Musical rivals make peace for Machel Monday


Machel Montano not only brought together some of the region’s most iconic musical acts for a once-in-a-lifetime, all-star stage show at his Machel Monday concert but also inspired a few of them to set aside some long-standing rivalries.

The annual concert was held on Monday night at the Hasely Crawford Stadium, Port of Spain.
Leading by example

Jamaican dancehall stars Beenie Man (Moses Davis) and Bounty Killer (Rodney Price), two sides of perhaps the longest-running musical feuds in the region, shared the same stage peacefully du­ring a special segment hosted by veteran DJ Chinese Laundry (Anthony Chow Lin On).

Laundry himself later put aside his personal differences with vete­ran soca man and fellow radio station owner Neil “Iwer” George du­ring a nostalgic performance of their own. It is unclear the root of their discord, but it is said the two men had not spoken to each other for nearly a decade prior to Monday’s show.

They must have all been encou­raged by Montano’s own personal peace-making
moment with soca contempo­rary Bunji Garlin (Ian Alva­rez).

The two men shocked soca fans last month with the release of their first ever official collaboration: the stickfighting-inspired single “Buss Head”.

It should be noted the two did in fact appear on a promotional track alongside Shurwayne Winchester and Raymond Ramnarine for mobile telecommunications provider bmobile during the early 2000s.

Machel and Bunji clash

On concert night, with both their bands set up side by side on elevated lifts, Machel and Bunji went “chune for chune” during a blissful 30-minute musical clash every soca fan has dreamt of seeing.

Machel started with “Pretty Gyal”, Bunji responded with “Snake Oil”, Machel countered with “Music Farm”, Bunji with “By the Bar” and on and on they went,
their respective bands transitioning smoothly between songs as if it were only one band playing the entire set.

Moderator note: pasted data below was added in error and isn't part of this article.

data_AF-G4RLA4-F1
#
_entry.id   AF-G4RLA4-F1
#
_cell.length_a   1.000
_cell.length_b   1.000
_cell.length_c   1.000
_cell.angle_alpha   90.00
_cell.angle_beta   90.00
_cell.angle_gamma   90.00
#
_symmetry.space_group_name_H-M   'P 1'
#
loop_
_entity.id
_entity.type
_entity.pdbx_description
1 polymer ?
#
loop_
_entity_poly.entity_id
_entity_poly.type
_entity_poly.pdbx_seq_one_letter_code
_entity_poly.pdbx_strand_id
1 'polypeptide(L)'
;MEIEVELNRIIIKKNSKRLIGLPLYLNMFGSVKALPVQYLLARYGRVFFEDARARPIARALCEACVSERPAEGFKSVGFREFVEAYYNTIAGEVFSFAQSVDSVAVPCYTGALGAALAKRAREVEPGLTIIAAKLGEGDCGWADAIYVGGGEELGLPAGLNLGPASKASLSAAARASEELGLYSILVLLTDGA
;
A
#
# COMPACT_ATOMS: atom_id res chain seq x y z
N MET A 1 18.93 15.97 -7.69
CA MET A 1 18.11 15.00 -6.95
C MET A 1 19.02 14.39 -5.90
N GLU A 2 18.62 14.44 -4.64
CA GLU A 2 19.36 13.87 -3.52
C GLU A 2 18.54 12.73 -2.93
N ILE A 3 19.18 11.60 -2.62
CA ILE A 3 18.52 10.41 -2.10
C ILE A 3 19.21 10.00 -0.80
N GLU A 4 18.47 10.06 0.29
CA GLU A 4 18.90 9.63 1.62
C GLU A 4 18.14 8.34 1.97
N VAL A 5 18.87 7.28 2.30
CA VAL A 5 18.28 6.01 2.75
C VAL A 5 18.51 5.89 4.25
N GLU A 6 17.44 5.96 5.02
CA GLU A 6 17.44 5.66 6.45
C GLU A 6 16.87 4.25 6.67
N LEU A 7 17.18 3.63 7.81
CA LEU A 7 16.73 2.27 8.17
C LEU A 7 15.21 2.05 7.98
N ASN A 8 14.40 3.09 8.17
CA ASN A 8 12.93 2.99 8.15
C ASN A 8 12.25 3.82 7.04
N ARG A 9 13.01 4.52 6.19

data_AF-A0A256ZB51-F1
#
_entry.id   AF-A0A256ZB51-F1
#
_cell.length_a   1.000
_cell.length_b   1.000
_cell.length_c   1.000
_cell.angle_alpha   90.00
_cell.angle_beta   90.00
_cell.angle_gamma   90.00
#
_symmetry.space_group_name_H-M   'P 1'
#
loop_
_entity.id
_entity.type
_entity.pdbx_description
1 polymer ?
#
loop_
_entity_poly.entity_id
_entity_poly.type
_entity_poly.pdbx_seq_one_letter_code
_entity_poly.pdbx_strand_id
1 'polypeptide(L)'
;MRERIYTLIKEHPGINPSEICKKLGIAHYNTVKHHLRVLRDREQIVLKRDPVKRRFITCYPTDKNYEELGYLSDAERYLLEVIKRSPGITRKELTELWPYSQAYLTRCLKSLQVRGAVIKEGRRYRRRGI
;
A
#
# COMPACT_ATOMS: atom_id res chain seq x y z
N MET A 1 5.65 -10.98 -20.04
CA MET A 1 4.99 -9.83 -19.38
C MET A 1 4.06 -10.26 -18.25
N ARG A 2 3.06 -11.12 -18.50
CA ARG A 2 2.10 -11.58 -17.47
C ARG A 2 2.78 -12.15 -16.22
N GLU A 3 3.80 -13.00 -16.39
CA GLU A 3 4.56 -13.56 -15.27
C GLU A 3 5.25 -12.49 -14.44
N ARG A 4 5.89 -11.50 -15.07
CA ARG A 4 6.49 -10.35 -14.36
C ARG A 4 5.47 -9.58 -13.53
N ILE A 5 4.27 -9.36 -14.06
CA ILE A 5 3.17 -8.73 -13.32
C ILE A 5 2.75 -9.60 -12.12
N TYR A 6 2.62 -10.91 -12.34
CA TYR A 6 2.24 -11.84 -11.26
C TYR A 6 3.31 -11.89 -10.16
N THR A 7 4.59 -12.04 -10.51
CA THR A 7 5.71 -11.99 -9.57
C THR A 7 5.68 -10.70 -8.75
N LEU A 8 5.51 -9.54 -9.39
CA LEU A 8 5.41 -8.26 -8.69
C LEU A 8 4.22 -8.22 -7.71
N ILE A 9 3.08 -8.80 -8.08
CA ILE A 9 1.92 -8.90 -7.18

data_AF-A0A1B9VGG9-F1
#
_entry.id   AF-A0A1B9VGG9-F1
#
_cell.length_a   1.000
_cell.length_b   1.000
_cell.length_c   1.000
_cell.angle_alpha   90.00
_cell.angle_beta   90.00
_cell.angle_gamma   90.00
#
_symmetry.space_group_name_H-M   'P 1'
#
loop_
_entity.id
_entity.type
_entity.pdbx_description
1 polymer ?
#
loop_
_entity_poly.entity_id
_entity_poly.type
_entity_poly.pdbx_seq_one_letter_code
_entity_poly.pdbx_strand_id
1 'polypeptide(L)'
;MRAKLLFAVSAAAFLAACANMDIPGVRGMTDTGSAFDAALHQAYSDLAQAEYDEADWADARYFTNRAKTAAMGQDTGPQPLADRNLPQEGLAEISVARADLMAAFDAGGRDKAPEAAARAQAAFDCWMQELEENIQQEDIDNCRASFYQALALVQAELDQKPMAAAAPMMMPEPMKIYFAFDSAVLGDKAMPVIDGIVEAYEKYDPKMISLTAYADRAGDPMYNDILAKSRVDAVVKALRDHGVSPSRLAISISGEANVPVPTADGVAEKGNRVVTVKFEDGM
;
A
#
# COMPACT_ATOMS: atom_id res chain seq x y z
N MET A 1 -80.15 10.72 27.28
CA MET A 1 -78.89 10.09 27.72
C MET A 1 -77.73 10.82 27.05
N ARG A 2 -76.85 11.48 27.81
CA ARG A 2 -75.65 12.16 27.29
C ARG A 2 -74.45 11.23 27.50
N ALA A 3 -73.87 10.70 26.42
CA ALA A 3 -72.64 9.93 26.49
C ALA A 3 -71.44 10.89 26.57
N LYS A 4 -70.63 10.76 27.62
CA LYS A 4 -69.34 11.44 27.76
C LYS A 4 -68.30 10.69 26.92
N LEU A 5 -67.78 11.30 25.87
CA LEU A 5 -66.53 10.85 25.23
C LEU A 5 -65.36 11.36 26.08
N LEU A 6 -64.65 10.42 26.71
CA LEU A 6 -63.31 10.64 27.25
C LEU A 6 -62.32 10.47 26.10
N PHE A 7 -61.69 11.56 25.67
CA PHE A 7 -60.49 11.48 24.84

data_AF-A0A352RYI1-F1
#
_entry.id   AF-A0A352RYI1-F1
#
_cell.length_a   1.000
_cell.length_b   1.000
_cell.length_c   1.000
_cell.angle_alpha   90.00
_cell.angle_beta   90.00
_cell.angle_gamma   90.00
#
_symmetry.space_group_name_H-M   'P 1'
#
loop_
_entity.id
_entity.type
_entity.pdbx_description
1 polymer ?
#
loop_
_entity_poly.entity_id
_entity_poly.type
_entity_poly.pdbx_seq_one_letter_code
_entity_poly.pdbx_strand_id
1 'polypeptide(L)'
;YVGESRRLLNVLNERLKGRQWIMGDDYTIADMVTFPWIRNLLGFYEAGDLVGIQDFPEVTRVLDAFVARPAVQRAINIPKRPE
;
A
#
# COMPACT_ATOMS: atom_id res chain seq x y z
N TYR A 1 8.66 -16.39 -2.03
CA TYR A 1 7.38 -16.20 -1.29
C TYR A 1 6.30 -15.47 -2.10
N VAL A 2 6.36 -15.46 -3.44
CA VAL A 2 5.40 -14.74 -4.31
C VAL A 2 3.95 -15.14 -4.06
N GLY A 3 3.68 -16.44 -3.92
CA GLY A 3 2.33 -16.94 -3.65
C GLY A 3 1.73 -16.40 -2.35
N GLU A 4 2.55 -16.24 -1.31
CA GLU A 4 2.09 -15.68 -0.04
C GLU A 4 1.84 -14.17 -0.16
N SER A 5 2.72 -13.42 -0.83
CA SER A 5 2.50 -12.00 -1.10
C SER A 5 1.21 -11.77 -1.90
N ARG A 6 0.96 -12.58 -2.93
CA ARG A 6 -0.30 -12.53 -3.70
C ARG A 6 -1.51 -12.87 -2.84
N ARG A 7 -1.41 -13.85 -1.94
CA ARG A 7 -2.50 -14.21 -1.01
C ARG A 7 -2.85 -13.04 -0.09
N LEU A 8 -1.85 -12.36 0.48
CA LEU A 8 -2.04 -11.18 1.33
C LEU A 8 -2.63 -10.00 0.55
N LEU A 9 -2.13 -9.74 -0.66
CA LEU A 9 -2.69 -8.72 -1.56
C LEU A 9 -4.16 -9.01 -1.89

It was an amazing moment in Trinidad and Tobago’s musical history to witness first hand a performance only the thousands in the venue could boast of witnessing.

And when Machel graciously conceded centre stage for Bunji to shine, it was apparent the mutual respect between soca’s biggest acts was both genuine and sincere.

“No disrespect to meh brethren, but this is now Bunji Monday,” Garlin told an en­thusiastic crowd before unrolling his extensive catalogue.

The Fireman took them way back to his breakout hit, “Send that Riddim Crazy”, before turning up the heat with his well-reputed fiery ar­senal, singing: “Warrior’s Cry”, “Blaze it Up” and “Fete is Fete”.

“Love is in the house tonight, you can’t deny it, love lives,” said an exuberant Montano when he finally returned centre stage to close the show with his road march conten­der “Beat It”.

Extempo tribute for Calypso Rose

The soca monk also paid tribute extemporaneously to Calypso Rose (McArtha Linda Sandy-Lewis) on her recent World Album of the Year award, which she won at the Victoires de la Musique awards ceremony in France two weeks ago.

He sang Rose’s praises in impromptu song before invi­ting multiple National Extem­po champion Gypsy (Winston Peters) on stage to serenade the venerable calypsonian.

Gypsy, in turn, called on calypso veterans Baron (Timothy Watkins), David Rudder and chutney queen Drupatee Ramgoonai to all publicly offer their congratulations to the calypso queen.
Earlier, Chinese Laundry gene­rated one of the moments of the night with a live sound-clash display that featured live beat-building by acclaimed French DJ/producer Manudigital, a live horn section and percussionists.

The veteran DJ-cum-party promoter/radio station owner then invited an all-star veteran cast of Jamaican dancehall acts to sing their hits live atop the beat, including Beenie Man, Bounty Killer, Super Cat (William Anthony Maragh), Johnny Osborne and Admiral Bailey (Glendon Bailey), among others.

It was electric. A sound man selecting his tunes live, with artiste after artiste appearing to sing his selections while he maintained full control of their play as if it were a record.
Journey of a soca king

Machel meanwhile turned back the clock to his Xtatik days when he took first use of the stage just before 10 p.m.

 A failed countdown clock and on stage power outages only delayed the inevitable as he once again delivered on his immense talent with an insanely high-energy opening set that included his original Xtatik HD dancers.

Nigerian dancehall star Patoran­king (Patrick Nnaemeka Okorie) was the only international act to appear for his performance of his collaboration with Machel and Busy Signal.

Montano also reunited Sangre Grande super group Ace (Damian Oliverie), Menace (Sherwin Jeremiah) and Crym (Olufemi Williams) of 3Suns for a performance of “Dah Eh Nuttin”.

The soca king also shared the stage with several top soca and dancehall acts from across the region, including Barbadians: Rupee (Rupert Clarke), Peter Ram (Peter Wig­gins), Marz Ville (Omar McQuilkin), Stiffy (Shane At­­kin­son) and King Bubba (Adam Elias). St Vincent’s Skinny Fabulous (Gamal Doyle) and Jamaicans: Charly Black (Desmond Mendez), Busy Signal (Glendale Gordon) and Linky First (Jason Henriques).